Table Of Contents
Teamwork and Communication
Most healthcare providers believe in the value of having good teamwork and communication between members of the healthcare team. However, few have had the opportunity for any formal training in these areas. We try to be cooperative with our peers and staff from other cadres. We may work together on a task, help cover a chore that needs to be done while another staff member is busy, and inform one another about issues with patients when it seems helpful.
Yet, rarely do we think about teamwork and communication as a set of skills that must be learned and practiced in order for us to save lives.
Intervention and Clinical Knowledge
Emergency postpartum hemorrhage (PPH) care requires expert skills and careful thinking under pressure. Interventions must be timely and expertly done, often simultaneously. Having clinical knowledge is not enough; we must act and do so having full information about the patient to direct our decision making. To obtain the best outcome for our patients, it requires a truly professional healthcare team.
Think about a professional team, such as a sports team. What makes them successful? They carefully consider their opponents' strengths and weaknesses and create strategies and specific plays that they practice over and over again. They review the fundamentals and make sure they are in peak condition with sharp skills. Each member of the team knows their role and how to maximize their contribution to the team in every play. They have staff members who assure their equipment is in perfect condition before every game. They review videos and films of previous performances to know what they are doing well and what could be done better. All of this effort is put into winning games and putting points on a scoreboard.
We as healthcare providers have much more on the line than points in a game. Women’s lives are in our hands. How much more should we be working together to create a successful professional team to address obstetric emergencies? What does it take for us to be a truly professional team?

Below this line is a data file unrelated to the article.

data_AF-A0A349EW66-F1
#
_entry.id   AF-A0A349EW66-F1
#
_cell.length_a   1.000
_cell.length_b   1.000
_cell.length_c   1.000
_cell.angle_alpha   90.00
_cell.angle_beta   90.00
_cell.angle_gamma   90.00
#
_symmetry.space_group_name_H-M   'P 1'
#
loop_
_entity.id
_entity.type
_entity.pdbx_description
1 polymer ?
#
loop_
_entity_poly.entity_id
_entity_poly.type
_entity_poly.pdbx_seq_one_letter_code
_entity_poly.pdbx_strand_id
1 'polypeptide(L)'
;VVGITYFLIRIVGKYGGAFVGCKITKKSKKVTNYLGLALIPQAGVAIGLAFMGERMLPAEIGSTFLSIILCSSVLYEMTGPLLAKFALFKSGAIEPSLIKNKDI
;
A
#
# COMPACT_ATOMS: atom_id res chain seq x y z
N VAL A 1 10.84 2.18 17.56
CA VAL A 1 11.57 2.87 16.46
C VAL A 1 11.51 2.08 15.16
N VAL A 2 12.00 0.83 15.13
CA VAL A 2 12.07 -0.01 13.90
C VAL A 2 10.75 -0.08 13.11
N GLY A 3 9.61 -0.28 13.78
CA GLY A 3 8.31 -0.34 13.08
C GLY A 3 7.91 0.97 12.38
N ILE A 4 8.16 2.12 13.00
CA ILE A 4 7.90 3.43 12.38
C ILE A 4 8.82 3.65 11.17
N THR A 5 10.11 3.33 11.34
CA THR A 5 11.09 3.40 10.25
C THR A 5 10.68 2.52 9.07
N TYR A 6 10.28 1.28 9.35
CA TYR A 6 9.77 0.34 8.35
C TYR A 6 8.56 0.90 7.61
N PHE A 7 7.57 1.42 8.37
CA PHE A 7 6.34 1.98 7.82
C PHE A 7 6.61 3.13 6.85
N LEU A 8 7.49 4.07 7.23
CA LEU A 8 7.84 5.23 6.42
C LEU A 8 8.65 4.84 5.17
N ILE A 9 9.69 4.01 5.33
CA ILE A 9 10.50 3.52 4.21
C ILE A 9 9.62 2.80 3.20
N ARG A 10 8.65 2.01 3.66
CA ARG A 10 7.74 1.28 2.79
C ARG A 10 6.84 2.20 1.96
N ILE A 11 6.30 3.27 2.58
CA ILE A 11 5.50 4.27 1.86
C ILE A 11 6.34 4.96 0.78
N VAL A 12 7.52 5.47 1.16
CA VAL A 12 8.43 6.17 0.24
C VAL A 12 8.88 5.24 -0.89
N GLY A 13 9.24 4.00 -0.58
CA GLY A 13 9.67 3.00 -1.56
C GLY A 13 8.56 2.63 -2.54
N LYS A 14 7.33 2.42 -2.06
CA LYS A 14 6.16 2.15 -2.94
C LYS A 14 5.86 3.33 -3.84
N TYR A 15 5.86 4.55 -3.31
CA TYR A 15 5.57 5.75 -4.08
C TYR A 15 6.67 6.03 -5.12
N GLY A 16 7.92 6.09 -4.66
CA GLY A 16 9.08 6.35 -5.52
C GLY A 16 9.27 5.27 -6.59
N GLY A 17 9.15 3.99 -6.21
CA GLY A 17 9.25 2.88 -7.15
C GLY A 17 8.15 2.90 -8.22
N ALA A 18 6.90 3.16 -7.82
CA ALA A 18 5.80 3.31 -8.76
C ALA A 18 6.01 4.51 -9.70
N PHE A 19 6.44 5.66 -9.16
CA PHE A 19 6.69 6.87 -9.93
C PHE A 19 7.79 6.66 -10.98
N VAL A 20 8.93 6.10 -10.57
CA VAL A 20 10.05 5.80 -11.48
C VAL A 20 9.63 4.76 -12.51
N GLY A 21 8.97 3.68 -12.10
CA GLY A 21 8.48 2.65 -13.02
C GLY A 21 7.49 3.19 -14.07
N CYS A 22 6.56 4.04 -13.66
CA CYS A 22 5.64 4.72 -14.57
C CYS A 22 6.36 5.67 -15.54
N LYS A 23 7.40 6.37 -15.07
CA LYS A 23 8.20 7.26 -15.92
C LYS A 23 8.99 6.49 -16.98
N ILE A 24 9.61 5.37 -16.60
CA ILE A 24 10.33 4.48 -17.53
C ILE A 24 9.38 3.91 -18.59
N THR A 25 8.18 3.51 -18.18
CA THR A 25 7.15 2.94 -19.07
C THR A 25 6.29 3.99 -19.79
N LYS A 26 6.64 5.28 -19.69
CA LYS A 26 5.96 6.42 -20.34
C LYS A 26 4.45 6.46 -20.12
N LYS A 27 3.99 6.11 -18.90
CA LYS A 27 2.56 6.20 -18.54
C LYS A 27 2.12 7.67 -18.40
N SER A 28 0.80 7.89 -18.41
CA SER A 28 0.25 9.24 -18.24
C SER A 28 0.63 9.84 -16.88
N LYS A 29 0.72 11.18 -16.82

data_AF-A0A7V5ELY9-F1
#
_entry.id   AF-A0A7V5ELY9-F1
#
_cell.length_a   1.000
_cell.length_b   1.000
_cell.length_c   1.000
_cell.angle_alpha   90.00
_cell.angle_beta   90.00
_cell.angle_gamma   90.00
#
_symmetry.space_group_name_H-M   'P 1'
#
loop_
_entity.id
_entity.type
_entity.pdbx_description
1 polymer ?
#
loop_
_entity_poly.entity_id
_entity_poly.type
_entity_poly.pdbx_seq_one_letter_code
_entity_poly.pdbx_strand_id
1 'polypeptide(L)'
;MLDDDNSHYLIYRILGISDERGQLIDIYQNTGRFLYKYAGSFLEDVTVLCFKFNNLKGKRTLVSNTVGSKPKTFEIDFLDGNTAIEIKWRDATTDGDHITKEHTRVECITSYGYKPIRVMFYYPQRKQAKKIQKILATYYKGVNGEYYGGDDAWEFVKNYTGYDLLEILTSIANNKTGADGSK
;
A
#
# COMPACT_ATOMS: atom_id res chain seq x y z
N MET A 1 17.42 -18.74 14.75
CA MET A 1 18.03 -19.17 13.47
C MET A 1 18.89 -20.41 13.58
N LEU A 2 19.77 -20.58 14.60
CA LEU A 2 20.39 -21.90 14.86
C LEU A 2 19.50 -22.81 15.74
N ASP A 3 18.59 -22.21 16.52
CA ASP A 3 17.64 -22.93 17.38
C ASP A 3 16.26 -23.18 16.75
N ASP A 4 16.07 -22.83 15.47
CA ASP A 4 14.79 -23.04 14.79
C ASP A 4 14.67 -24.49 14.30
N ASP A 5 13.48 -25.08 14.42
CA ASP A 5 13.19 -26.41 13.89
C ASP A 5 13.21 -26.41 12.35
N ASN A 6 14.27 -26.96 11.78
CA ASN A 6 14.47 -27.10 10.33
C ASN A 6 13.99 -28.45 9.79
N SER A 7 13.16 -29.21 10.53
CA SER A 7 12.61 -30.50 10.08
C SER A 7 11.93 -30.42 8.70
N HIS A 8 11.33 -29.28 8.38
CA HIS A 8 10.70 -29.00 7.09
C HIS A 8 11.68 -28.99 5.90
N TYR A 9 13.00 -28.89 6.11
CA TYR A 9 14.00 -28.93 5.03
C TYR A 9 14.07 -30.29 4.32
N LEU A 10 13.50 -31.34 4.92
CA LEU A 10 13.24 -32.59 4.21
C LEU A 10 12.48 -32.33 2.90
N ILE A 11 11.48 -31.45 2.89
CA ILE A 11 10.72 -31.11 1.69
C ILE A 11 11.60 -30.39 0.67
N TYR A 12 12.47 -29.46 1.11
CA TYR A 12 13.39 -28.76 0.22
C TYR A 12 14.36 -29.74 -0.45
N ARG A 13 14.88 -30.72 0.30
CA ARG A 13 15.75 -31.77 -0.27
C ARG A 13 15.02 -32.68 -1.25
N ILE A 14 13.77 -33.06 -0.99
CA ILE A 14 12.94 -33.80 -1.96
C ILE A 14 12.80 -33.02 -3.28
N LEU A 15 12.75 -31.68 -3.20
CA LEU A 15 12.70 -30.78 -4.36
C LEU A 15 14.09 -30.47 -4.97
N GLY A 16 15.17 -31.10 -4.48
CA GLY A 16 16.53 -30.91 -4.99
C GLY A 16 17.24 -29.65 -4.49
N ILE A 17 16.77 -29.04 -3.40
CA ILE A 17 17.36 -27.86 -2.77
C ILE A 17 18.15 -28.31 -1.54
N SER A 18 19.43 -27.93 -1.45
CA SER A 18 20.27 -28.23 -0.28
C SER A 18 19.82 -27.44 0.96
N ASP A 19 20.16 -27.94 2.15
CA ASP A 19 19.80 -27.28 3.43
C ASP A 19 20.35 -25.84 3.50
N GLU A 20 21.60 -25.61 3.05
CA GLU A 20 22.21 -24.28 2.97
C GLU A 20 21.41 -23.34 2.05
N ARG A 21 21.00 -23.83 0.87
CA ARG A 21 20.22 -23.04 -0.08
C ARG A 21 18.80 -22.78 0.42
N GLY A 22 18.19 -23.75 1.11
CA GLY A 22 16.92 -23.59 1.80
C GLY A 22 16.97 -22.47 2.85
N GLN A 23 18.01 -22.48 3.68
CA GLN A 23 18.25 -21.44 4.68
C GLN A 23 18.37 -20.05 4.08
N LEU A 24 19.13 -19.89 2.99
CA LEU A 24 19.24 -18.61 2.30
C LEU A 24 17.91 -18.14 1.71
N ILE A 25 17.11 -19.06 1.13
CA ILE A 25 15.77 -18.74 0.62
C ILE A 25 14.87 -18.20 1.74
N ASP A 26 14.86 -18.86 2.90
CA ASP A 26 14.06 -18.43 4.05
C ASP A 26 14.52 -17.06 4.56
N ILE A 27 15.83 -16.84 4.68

- Create the strategy and steps to address PPH emergencies with specific roles for every team member
Have you ever been in a situation on the ward when someone calls for help in an emergency and every staff member within hearing comes running to see what they can do? In some cases, you have a room full of people talking at once and tripping over each other. Everyone has a panicked feeling, and while each clinician may know the interventions and skills required, it feels chaotic and uncoordinated. There is another way.
Creating A Strong Team
With a practiced, professional emergency team, specific staff members are always ready to respond when there is an emergency. They show up quickly when the alarm is sounded, and they know their roles. One team member is the team leader who helps the team be coordinated, but each member of the team is looking out for the patient, making sure interventions are done in a timely fashion and considering next steps. Communication is limited to what is needed to inform the team of clinical findings and interventions. Care is efficient, effective and coordinated because it has been strategized and practiced, and chaos and panic is replaced with confidence and professionalism.
The first step is to know the evidence-based interventions for PPH emergencies and when/how to use them. Consider who is available to be on the emergency response team and assure each member has a role. In very small facilities with few staff, this may even require the involvement of members of staff who are not medically trained to do specific jobs such as hand the clinician supplies, hold a light, communicate with the patient and family, etc.
Below is an example of possible roles for members of an obstetric emergency response team in a well-staffed facility. You will need to determine what will work in your facility. The circles represent where each member should stand during the emergency.
Further, here are a list of mandated steps that each team should abide by. Following these steps below will provide a strong foundation for a professional and repeatable response by the treatment team.
1) Assure each member has the skills and knowledge to perform the interventions required during the emergency.
While each person has specific jobs during the emergency, each member of the team should know PPH pre-surgical management and should be able to perform all the necessary skills.
As much as possible, each member of the team should be expert in the interventions, the order of the interventions and what clinical signs are significant to change management. This allows for fewer instructions and more action. For example, if bleeding is severe and medications have not been effective, one member of the team may perform aortic compression, while another does an exam and a third prepares the UBT or NASG.
2) Assure equipment is functioning and readily available where it will be needed.